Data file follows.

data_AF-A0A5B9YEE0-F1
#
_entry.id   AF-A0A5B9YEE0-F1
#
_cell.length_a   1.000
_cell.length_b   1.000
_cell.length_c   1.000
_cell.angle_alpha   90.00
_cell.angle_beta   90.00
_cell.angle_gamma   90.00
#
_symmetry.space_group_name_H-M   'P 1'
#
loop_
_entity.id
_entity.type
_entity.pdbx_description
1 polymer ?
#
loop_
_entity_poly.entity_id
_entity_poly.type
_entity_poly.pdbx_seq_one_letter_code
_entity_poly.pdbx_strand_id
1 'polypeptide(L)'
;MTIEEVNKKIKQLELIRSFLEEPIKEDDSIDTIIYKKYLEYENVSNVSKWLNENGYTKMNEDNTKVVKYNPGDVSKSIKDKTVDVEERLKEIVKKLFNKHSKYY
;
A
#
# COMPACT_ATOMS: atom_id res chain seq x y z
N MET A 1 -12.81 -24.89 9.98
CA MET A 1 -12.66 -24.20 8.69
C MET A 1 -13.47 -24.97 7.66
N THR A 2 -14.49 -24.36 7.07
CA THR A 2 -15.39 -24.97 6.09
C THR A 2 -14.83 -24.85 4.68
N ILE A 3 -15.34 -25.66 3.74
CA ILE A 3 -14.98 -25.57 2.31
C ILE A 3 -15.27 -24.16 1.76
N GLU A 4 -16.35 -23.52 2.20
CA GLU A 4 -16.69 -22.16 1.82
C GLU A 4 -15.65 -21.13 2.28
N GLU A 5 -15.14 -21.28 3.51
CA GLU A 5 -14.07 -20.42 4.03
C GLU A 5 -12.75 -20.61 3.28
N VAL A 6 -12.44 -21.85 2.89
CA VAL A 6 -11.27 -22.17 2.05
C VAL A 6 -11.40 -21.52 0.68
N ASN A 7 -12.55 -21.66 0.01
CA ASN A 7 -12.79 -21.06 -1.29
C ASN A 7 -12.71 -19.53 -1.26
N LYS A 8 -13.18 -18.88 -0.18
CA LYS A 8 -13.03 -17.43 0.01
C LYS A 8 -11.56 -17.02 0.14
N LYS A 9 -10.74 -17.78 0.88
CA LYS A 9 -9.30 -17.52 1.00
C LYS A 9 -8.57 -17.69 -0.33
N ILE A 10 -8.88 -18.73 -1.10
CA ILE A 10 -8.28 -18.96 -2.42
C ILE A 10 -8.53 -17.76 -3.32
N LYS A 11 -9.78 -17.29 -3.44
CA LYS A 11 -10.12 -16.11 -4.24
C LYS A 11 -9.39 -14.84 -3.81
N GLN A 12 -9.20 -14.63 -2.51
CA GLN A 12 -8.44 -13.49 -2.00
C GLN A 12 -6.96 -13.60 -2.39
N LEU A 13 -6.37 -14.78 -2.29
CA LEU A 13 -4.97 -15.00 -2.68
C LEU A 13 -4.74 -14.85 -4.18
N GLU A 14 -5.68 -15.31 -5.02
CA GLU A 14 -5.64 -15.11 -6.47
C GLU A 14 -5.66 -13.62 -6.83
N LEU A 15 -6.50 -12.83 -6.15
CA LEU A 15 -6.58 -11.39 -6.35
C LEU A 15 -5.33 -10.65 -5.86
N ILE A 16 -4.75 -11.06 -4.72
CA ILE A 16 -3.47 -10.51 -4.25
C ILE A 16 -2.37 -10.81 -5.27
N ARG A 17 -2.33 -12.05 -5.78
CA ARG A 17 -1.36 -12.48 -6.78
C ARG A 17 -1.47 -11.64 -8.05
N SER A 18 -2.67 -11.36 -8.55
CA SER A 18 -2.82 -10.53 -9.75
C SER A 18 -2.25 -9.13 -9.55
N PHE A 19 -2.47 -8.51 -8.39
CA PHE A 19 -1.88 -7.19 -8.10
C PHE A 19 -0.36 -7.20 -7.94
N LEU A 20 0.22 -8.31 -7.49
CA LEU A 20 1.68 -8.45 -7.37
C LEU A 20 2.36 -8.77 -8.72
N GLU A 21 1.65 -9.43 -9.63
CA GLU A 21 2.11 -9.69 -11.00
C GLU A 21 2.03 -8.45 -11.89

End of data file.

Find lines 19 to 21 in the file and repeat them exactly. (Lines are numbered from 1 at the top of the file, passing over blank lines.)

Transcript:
#
loop_
_entity_poly.entity_id